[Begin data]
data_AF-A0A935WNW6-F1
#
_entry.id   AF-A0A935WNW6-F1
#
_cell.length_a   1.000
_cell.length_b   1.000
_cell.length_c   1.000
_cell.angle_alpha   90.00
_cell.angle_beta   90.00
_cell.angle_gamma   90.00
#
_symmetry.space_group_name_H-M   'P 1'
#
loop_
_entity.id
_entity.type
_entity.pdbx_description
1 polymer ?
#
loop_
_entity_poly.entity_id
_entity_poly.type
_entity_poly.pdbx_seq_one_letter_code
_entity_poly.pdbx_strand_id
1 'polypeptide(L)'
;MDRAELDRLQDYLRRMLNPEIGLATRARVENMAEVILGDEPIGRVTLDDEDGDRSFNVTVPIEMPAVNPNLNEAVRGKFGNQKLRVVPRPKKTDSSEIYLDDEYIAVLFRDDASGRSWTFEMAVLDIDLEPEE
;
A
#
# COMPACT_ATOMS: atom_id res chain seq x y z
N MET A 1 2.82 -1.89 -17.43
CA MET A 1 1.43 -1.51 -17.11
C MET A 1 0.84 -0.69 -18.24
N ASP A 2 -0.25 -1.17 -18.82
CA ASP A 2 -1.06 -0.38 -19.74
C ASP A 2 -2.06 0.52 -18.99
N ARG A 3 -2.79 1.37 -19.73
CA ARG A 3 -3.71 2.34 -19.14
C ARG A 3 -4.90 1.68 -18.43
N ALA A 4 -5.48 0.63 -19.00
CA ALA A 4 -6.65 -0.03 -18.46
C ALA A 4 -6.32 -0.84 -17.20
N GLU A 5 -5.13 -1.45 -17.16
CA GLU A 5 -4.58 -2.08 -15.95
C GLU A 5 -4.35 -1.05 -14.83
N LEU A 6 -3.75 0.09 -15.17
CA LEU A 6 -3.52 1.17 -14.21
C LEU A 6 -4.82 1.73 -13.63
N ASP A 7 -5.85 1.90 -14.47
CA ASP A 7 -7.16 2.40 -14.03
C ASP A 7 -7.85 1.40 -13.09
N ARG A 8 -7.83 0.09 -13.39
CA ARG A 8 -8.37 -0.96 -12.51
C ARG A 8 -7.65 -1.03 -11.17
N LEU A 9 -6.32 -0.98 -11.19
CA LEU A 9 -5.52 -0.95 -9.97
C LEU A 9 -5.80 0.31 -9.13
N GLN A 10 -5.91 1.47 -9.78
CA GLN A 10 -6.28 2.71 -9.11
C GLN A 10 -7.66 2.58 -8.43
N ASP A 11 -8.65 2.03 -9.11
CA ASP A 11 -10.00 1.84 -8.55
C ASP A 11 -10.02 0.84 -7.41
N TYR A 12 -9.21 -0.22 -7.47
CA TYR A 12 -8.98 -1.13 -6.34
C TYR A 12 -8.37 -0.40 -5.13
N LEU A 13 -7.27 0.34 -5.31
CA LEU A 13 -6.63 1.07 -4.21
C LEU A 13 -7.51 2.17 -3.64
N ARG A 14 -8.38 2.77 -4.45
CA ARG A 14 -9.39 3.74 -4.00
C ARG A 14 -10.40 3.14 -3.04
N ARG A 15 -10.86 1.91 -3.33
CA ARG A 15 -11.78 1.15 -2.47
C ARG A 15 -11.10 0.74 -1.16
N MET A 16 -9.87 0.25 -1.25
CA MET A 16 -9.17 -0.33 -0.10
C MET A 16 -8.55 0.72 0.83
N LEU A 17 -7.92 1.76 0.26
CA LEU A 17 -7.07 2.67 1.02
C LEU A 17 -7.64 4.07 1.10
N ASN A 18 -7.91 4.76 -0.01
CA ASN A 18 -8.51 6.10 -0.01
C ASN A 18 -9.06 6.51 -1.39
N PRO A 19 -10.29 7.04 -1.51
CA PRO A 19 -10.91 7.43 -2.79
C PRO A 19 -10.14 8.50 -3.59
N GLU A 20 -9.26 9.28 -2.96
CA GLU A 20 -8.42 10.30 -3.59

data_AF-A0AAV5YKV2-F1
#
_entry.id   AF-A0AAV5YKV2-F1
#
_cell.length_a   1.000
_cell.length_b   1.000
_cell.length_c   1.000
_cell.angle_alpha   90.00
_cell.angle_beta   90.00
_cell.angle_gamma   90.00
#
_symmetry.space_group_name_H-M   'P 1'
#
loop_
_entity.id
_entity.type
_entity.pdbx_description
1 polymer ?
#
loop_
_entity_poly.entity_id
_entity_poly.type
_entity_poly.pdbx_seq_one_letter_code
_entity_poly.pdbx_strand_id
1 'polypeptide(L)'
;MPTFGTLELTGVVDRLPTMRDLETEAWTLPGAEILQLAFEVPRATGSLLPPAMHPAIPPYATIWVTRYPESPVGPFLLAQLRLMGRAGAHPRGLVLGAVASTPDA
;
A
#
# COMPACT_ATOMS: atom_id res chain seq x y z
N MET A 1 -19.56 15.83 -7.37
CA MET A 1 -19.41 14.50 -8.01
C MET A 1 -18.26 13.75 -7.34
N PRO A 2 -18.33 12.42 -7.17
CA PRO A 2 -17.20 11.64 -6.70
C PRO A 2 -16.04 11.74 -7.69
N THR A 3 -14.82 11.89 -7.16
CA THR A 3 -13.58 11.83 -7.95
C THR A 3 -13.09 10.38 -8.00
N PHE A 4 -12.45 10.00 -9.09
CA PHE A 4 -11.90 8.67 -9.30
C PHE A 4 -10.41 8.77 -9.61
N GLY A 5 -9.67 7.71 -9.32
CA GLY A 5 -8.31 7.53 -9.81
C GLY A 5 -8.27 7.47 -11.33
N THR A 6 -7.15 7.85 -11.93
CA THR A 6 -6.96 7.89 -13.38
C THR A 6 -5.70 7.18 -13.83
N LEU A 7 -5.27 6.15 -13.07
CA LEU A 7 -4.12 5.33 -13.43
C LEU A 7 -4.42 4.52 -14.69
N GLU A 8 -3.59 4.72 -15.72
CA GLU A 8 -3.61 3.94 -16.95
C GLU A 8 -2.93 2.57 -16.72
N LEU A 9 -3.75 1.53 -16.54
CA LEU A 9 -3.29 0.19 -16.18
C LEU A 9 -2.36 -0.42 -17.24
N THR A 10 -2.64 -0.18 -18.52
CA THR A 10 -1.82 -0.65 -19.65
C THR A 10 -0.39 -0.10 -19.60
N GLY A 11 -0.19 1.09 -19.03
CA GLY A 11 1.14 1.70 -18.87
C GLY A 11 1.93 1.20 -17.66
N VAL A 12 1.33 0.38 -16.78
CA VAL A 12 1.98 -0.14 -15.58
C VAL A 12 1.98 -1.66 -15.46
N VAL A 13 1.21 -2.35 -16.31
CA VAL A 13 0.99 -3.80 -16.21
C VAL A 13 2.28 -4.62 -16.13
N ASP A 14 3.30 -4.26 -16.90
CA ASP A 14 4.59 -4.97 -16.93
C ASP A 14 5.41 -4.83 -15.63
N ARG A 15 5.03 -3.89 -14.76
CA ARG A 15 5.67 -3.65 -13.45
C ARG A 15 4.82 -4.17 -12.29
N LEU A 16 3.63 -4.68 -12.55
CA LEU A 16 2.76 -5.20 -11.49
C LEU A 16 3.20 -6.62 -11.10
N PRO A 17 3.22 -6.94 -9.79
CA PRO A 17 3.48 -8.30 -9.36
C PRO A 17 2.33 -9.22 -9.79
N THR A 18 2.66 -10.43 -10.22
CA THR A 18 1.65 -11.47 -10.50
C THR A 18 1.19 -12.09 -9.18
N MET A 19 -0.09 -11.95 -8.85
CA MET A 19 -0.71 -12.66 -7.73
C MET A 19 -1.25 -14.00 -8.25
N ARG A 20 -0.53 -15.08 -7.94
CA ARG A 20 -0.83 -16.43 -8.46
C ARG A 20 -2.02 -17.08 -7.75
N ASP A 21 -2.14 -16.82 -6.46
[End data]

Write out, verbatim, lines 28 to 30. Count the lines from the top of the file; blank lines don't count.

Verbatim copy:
A
#
# COMPACT_ATOMS: atom_id res chain seq x y z